There can be no question that the cabbage strategy is in effect now at Ayungin and has been at least since May. General Zhang, in his interview several months ago, listed Ren’ai Shoal (the Chinese name for Ayungin) in the P.L.A.’s “series of achievements” in the South China Sea. He had already put it in the win column, even though eight Filipino marines still live there. He also seemed to take some pleasure in the strategy.
Of taking territory from the Philippines, he said: “We should do more such things in the future. For those small islands, only a few troopers are able to station on each of them, but there is no food or even drinking water there. If we carry out the cabbage strategy, you will not be able to send food and drinking water onto the islands. Without the supply for one or two weeks, the troopers stationed there will leave the islands on their own. Once they have left, they will never be able to come back.”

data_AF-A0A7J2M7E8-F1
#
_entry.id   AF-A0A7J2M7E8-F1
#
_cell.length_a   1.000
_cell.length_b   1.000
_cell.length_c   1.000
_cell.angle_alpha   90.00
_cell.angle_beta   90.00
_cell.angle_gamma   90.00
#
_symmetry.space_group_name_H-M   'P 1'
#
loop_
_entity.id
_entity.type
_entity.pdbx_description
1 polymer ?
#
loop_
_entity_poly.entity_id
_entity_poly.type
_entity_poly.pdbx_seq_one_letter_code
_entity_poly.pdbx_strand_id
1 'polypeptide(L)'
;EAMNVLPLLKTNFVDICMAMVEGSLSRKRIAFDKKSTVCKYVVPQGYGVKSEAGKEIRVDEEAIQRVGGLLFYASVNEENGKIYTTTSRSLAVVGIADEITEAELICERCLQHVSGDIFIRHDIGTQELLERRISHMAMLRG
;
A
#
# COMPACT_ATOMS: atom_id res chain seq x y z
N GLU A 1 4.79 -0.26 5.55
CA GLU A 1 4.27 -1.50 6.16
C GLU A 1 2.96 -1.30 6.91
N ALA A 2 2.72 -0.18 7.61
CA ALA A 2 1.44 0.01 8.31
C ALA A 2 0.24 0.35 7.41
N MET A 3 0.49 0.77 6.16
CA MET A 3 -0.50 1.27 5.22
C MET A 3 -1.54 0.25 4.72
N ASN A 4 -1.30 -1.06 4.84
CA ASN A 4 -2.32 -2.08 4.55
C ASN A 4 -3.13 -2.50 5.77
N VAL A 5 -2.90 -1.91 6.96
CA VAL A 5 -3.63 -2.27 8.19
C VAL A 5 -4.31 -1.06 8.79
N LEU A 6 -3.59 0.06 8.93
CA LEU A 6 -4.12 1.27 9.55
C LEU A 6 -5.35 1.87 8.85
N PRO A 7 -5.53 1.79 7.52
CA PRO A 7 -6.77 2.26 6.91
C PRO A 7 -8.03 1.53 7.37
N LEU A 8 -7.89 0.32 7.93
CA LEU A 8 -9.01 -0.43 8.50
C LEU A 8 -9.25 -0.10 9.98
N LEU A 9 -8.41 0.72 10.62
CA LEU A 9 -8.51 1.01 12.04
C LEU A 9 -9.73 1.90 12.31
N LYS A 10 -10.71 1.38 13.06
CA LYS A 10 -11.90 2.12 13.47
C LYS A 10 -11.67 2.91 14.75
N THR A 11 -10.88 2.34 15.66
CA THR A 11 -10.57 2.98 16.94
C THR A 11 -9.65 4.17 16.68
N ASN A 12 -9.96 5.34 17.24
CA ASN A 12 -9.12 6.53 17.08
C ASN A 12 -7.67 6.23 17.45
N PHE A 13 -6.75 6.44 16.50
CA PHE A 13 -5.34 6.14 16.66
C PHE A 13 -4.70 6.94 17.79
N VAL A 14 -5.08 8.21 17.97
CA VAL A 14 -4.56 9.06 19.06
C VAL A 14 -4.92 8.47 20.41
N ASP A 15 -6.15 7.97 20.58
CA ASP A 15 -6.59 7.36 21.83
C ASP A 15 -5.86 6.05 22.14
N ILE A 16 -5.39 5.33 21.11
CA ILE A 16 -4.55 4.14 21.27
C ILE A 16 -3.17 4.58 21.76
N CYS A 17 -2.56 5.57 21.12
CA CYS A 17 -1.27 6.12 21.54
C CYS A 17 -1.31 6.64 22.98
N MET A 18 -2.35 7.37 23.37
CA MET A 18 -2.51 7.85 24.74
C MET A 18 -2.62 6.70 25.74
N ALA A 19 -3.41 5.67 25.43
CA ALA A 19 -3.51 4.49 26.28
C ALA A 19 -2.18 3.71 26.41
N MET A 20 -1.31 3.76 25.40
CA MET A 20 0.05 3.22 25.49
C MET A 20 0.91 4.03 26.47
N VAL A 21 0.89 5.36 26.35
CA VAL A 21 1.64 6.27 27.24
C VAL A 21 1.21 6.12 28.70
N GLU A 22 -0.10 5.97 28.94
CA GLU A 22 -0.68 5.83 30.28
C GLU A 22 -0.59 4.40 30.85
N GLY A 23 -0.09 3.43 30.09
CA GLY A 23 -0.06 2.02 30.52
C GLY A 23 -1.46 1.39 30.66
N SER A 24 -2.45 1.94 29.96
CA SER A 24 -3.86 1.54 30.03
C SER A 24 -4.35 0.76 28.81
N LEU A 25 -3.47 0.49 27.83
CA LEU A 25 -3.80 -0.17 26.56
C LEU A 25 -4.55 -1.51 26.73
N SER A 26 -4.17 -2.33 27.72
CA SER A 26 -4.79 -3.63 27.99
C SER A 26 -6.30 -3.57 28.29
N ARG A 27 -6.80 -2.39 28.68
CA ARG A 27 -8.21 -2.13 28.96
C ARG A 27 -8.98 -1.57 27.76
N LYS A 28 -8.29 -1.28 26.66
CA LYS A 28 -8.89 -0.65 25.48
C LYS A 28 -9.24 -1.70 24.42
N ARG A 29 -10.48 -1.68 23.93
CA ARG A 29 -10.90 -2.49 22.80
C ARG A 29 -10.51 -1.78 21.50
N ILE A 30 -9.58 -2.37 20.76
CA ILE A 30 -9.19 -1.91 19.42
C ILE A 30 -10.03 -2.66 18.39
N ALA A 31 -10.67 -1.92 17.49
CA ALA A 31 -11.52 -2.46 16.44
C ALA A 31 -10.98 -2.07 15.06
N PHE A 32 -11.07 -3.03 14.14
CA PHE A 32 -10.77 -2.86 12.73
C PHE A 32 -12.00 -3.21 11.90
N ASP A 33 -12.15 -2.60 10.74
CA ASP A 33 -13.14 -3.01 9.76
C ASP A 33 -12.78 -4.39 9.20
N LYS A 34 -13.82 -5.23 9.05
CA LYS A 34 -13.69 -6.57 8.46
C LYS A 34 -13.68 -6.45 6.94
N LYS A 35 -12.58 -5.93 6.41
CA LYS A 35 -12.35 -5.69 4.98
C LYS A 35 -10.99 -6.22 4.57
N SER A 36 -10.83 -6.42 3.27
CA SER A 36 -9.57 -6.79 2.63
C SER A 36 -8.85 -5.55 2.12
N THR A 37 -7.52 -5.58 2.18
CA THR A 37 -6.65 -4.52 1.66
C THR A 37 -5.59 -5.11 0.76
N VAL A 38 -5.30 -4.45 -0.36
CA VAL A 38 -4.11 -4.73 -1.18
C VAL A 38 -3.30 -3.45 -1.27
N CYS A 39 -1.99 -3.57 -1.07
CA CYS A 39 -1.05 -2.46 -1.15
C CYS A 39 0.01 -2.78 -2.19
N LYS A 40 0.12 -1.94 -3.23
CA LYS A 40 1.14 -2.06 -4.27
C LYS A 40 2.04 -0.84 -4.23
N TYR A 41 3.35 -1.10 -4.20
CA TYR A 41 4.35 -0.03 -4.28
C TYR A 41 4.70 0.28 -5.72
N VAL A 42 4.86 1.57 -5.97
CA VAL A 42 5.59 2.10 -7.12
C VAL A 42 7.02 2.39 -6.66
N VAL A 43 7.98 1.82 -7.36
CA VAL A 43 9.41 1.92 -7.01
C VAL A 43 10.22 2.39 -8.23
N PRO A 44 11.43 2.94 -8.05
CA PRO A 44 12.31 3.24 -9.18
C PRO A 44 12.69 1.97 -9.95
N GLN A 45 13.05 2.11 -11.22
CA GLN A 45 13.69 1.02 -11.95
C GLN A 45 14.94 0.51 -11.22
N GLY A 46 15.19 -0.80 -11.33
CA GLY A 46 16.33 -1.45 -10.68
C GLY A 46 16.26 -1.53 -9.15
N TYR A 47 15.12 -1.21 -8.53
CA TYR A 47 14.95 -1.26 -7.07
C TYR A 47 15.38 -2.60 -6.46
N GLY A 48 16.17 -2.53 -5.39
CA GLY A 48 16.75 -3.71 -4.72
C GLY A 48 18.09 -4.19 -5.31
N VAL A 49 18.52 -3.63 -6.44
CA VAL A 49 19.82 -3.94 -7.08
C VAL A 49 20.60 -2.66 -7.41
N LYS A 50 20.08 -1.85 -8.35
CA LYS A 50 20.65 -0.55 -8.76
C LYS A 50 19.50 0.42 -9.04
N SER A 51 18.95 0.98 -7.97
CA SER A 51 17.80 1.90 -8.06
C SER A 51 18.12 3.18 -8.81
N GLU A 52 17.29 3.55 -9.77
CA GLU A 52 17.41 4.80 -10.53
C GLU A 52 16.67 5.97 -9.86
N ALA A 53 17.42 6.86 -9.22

CEBU, the Philippines — The American aircraft carrier George Washington has arrived, its 5,000 sailors and 80 aircraft already busy ferrying relief supplies to storm-battered survivors, and the United States has committed an initial $20 million in humanitarian assistance. Japan is dispatching a naval force of 1,000 troops, in what officials say is that country’s largest ever disaster-relief deployment. Also on the way: the Illustrious, a British aircraft carrier stocked with transport planes, medical experts and $32 million worth of aid.
The outpouring of foreign assistance for the hundreds of thousands left homeless and hungry by Typhoon Haiyan is shaping up to be a monumental show of international largess — and a not-so-subtle dose of one-upmanship directed at the region’s fastest-rising power, China.
China, which has its own newly commissioned aircraft carrier and ambitions of displacing the United States, the dominant naval power in the Pacific, has been notably penurious. Beijing increased its total contribution to the relief effort to $1.6 million on Thursday after its initial pledge of $100,000 was dismissed as stingy, even by some state-backed news media in the country.